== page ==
Heart and Skeletal Muscle Disease
Heart and skeletal muscle disease are leading causes of death and disability. The Huggins Lab investigates genetic and biological mechanisms of heart and cardiovascular disease using a two pronged approach. One prong uses molecular and cellular biology techniques complemented by the use of animal models to study genetic regulators of muscle development and their role in muscle disease. The other prong relies on informatics methods to identify genes associated with human diseases and traits. Both approaches complement each other as molecular and cellular biology studies help create hypotheses to be tested in human genetic databases and genes identified through human association studies become the focus of molecular studies designed to explore mechanisms underlying the human trait and disease. The convergence of the two approaches offers an exciting platform for discovering important biological mechanisms and genetic human variations that contribute to disease.
Analysis of Muscle Development and Disease
Causative factors of heart and skeletal muscle disease include environmental insults such as ischemia/infarction, toxins, drug exposure and atypical genetic changes. One of the characteristic features of the diseased heart muscle is a reversion of gene expression to a pattern which was present in the developing embryo called the “fetal gene program”. This event affirms an interesting role for developmental regulators and gene transcription in diseased muscle. We have explored the role of transcriptional regulators that regulate the switch between the fetal and adult gene expression programs. The laboratory is currently focusing on one particular regulator, called FOG-2, which has the ability to modulate several DNA-binding transcription factors, and when over-expressed in the heart produces fibrosis and heart failure.
Figure 1. Transgenic over-expression of FOG-2 in the heart produces fibrosis and activation of the fetal gene program. (a) Histological analysis of collagen content analyzed by Sirius Red staining: dark staining indicates fibrosis. Diffuse interstitial staining indicates increased collagen content of MHC-FOG-2 transgenic (Tg) compared with non-transgenic (NTg) mouse hearts. (b) Northern blots demonstrates increased atrial natriuretic factor (ANF) and collagen transcripts in Tg compared with NTg mice. For more information, see Rouf, et al, 2008.
Muscle cell differentiation occurs in a conducive environment through a carefully orchestrated series of transcription factors. Environmental insults and in particular excessive alcohol exposure damages muscle through complex genetic and cellular mechanisms. One approach we have taken to study muscle cell differentiation is the development of a high content cellular phenotyping system capable of analyzing the events of muscle cell differentiation on each cell (Figure 2).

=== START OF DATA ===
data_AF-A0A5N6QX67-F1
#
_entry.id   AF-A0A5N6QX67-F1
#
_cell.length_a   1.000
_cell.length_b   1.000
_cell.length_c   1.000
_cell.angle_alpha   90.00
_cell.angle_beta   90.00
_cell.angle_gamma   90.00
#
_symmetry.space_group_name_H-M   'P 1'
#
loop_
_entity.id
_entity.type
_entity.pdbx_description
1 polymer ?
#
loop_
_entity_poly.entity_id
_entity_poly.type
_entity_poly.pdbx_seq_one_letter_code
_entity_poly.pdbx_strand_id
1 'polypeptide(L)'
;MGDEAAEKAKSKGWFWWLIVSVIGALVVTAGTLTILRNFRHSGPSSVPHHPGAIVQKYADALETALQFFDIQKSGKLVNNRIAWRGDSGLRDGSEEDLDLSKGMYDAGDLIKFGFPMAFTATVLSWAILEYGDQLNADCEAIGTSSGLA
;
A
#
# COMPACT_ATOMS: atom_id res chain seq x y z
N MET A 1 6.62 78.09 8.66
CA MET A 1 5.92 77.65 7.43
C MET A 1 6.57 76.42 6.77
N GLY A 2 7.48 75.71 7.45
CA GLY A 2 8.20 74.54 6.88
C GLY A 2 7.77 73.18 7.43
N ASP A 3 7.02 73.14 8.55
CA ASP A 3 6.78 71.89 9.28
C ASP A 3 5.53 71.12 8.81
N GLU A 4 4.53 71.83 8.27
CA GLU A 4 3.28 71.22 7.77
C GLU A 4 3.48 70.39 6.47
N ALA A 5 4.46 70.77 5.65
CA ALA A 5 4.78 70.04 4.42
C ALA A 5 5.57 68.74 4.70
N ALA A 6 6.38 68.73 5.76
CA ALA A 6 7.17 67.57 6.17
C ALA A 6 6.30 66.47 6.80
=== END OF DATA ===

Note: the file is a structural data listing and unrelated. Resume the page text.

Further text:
Figure 2. Quantitation of muscle cell differentiation using the ImageExpress (Molecular Devices). Determining the full spectrum of muscle cell differentiation by conventional imaging and quantitation tools is limited by the large number of measurements that must be recorded. To address this issue we have customized existing computer-based cellular and nuclear analyses to comprehensively study muscle cell differentiation in a 96-well plate format. The image demonstrates computer identified and demarcated multi-nucleated muscle tubes formed in the mouse C2C12 cell line after seven days under differentiating conditions. The muscle tubes are stained for the troponin protein (green) and nuclei are counter-stained with DAPI (blue). Image provided by Michelle Arya.
Identifying Genes Associated with Human Disease
Within the past one to two decades the human genome sequence has been completed and a map of genetic markers suitable for studying disease associations has been established. Both candidate gene and genome-wide association studies are performed in the Huggins laboratory using data generated within the laboratory or obtained through public repositories. Identifying the genetic contributors to bicuspid aortic valve (BAV), a highly heritable congenital heart defect, is one focus of the laboratory. By comparing genotypes from DNA samples collected from subjects with BAV treated at Tufts Medical Center with control samples several loci were found to be associated with BAV through the use of gene network/pathway informatics tools (Figure 3). Genes and loci identified by candidate gene and genome-wide association approaches then become the subject of further study. AXIN1 is an intriguing gene to be associated with a congenital abnormality of the aortic valve because of the known role of the Wnt-b-catenin pathway and great vessel and valve development.
Figure 3. BAV Associated SNPs Spanning PDIA2 and AXIN1. Data from three approaches showing the location of SNPs associated with BAV. The four graphical data-panes indicate RR cM/Mb: relative recombination rate in centimorgans per megabase. STRING –log(p), CANDID –log(p), and fitSNPs –log(p): -log10 uncorrected p-values observed in each of the three indicated schemes. For more information, see Wooten et al, 2010.